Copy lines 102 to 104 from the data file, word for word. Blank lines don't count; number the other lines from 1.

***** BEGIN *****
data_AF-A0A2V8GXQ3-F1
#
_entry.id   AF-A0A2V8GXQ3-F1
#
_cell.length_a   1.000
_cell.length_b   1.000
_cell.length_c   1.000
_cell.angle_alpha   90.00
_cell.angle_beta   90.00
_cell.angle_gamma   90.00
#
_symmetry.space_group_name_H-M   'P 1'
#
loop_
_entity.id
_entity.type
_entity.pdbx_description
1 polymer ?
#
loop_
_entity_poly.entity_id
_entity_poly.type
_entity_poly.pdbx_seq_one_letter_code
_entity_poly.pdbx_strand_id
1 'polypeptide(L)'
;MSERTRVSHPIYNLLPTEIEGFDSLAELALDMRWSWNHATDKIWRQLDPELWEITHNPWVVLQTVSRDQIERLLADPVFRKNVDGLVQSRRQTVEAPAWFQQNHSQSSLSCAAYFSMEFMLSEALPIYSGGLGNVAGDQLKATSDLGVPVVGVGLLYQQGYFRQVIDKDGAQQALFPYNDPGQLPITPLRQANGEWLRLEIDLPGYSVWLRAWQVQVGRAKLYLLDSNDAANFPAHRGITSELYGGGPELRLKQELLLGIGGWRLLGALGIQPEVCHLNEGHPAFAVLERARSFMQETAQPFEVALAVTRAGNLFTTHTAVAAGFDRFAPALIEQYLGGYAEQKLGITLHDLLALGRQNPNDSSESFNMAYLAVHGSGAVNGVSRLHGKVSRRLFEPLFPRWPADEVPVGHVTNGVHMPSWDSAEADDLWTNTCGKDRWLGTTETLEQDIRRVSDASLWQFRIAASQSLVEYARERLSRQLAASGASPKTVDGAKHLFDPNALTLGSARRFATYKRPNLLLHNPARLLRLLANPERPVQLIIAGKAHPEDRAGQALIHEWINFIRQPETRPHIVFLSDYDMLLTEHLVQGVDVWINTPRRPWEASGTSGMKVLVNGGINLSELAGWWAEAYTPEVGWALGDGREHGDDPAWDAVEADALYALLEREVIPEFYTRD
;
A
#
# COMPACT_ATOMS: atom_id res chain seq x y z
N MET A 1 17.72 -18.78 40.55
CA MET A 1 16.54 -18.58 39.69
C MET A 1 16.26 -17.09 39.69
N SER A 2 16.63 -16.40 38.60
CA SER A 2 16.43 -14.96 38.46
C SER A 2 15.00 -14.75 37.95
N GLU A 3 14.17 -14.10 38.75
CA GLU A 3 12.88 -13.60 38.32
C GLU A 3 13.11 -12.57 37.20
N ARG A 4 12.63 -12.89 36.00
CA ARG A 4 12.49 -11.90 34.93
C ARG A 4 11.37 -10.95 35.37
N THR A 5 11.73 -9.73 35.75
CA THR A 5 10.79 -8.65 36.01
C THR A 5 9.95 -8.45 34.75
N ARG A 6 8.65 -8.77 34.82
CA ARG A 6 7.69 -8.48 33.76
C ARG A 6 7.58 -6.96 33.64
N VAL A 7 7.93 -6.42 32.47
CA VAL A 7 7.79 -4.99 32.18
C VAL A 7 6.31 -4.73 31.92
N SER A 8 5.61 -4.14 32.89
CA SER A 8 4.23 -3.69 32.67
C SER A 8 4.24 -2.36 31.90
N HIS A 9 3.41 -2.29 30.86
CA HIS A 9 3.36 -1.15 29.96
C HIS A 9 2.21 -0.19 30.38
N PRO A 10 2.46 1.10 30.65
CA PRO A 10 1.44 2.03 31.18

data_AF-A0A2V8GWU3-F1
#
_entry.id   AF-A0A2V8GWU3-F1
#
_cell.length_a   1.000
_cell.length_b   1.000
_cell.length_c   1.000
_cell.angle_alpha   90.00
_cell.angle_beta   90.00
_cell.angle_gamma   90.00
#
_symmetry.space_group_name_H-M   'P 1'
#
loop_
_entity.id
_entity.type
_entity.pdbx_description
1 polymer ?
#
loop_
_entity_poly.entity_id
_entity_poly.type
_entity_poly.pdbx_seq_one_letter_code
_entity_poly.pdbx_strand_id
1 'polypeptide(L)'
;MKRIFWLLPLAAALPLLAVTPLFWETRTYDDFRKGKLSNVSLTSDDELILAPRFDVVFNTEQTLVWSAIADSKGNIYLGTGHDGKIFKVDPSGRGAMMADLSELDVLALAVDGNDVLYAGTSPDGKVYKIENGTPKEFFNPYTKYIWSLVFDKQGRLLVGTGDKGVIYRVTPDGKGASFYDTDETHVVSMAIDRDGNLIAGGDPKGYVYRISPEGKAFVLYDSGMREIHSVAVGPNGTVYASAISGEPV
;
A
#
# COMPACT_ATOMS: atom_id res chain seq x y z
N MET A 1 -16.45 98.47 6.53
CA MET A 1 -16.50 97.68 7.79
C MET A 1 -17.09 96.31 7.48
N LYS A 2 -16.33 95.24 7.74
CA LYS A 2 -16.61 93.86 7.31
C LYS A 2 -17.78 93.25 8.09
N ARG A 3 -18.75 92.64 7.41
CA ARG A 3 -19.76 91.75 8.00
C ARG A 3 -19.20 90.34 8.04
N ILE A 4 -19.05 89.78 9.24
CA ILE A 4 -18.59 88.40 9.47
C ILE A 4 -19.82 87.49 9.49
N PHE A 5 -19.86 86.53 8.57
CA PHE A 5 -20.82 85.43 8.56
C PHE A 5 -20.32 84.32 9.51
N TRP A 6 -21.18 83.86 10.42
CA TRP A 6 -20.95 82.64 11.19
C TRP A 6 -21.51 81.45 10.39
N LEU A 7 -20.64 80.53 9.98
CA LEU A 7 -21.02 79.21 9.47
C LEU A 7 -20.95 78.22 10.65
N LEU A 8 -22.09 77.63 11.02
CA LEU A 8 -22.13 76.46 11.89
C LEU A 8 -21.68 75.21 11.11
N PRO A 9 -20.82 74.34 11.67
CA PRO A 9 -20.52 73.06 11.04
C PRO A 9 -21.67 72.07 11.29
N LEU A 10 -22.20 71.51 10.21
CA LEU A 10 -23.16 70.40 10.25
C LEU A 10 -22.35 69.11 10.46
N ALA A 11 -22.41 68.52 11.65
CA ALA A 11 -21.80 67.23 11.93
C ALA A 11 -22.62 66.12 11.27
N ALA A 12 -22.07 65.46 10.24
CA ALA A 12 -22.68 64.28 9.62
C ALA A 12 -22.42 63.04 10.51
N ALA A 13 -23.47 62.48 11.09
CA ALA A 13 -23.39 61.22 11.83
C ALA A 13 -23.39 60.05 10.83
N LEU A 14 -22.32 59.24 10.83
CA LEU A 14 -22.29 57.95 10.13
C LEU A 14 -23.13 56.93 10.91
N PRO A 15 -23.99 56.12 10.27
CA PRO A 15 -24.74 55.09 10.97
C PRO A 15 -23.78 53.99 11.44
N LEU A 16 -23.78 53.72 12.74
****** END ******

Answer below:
N PHE A 5 -19.86 86.53 8.57
CA PHE A 5 -20.82 85.43 8.56
C PHE A 5 -20.32 84.32 9.51